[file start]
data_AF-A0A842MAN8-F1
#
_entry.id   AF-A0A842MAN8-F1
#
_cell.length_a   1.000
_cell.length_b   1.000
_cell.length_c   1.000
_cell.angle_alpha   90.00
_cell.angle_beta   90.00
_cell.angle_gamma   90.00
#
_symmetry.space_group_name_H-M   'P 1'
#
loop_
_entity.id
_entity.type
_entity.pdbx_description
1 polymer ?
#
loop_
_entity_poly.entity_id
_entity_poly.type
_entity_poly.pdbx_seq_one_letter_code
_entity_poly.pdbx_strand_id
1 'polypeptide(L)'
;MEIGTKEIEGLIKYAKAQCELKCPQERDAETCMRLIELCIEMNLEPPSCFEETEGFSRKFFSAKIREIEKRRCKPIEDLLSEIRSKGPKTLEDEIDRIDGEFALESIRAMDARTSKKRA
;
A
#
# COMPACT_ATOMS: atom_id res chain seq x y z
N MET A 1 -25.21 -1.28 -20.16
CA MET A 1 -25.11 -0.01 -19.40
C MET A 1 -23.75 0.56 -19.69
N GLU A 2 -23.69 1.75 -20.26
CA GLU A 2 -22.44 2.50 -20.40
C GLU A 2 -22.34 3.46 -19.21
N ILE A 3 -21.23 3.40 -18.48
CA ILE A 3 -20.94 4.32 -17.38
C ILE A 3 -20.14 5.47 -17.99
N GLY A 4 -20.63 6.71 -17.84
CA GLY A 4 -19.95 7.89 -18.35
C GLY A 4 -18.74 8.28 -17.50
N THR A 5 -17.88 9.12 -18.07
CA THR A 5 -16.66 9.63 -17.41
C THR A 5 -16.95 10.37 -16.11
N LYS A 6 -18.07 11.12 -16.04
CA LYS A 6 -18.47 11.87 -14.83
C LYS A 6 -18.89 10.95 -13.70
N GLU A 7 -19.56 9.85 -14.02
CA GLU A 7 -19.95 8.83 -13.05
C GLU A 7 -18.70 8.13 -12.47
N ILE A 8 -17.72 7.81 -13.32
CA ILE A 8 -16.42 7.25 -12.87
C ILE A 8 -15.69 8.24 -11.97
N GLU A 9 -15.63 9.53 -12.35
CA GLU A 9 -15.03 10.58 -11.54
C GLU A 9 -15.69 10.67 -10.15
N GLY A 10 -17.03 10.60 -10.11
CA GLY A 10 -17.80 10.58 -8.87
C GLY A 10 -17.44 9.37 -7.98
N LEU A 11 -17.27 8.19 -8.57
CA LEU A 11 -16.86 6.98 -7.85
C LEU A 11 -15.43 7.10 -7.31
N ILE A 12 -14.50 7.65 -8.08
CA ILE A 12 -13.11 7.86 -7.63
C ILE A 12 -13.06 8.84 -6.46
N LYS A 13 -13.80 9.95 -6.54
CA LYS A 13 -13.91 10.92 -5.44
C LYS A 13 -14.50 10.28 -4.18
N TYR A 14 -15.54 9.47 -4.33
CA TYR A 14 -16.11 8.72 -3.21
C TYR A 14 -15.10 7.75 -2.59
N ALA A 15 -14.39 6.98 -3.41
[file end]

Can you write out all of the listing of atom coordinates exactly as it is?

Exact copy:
data_AF-A0A842MAN8-F1
#
_entry.id   AF-A0A842MAN8-F1
#
_cell.length_a   1.000
_cell.length_b   1.000
_cell.length_c   1.000
_cell.angle_alpha   90.00
_cell.angle_beta   90.00
_cell.angle_gamma   90.00
#
_symmetry.space_group_name_H-M   'P 1'
#
loop_
_entity.id
_entity.type
_entity.pdbx_description
1 polymer ?
#
loop_
_entity_poly.entity_id
_entity_poly.type
_entity_poly.pdbx_seq_one_letter_code
_entity_poly.pdbx_strand_id
1 'polypeptide(L)'
;MEIGTKEIEGLIKYAKAQCELKCPQERDAETCMRLIELCIEMNLEPPSCFEETEGFSRKFFSAKIREIEKRRCKPIEDLLSEIRSKGPKTLEDEIDRIDGEFALESIRAMDARTSKKRA
;
A
#
# COMPACT_ATOMS: atom_id res chain seq x y z
N MET A 1 -25.21 -1.28 -20.16
CA MET A 1 -25.11 -0.01 -19.40
C MET A 1 -23.75 0.56 -19.69
N GLU A 2 -23.69 1.75 -20.26
CA GLU A 2 -22.44 2.50 -20.40
C GLU A 2 -22.34 3.46 -19.21
N ILE A 3 -21.23 3.40 -18.48
CA ILE A 3 -20.94 4.32 -17.38
C ILE A 3 -20.14 5.47 -17.99
N GLY A 4 -20.63 6.71 -17.84
CA GLY A 4 -19.95 7.89 -18.35
C GLY A 4 -18.74 8.28 -17.50
N THR A 5 -17.88 9.12 -18.07
CA THR A 5 -16.66 9.63 -17.41
C THR A 5 -16.95 10.37 -16.11
N LYS A 6 -18.07 11.12 -16.04
CA LYS A 6 -18.47 11.87 -14.83
C LYS A 6 -18.89 10.95 -13.70
N GLU A 7 -19.56 9.85 -14.02
CA GLU A 7 -19.95 8.83 -13.05
C GLU A 7 -18.70 8.13 -12.47
N ILE A 8 -17.72 7.81 -13.32
CA ILE A 8 -16.42 7.25 -12.87
C ILE A 8 -15.69 8.24 -11.97
N GLU A 9 -15.63 9.53 -12.35
CA GLU A 9 -15.03 10.58 -11.54
C GLU A 9 -15.69 10.67 -10.15
N GLY A 10 -17.03 10.60 -10.11
CA GLY A 10 -17.80 10.58 -8.87
C GLY A 10 -17.44 9.37 -7.98
N LEU A 11 -17.27 8.19 -8.57
CA LEU A 11 -16.86 6.98 -7.85
C LEU A 11 -15.43 7.10 -7.31
N ILE A 12 -14.50 7.65 -8.08
CA ILE A 12 -13.11 7.86 -7.63
C ILE A 12 -13.06 8.84 -6.46
N LYS A 13 -13.80 9.95 -6.54
CA LYS A 13 -13.91 10.92 -5.44
C LYS A 13 -14.50 10.28 -4.18
N TYR A 14 -15.54 9.47 -4.33
CA TYR A 14 -16.11 8.72 -3.21
C TYR A 14 -15.10 7.75 -2.59
N ALA A 15 -14.39 6.98 -3.41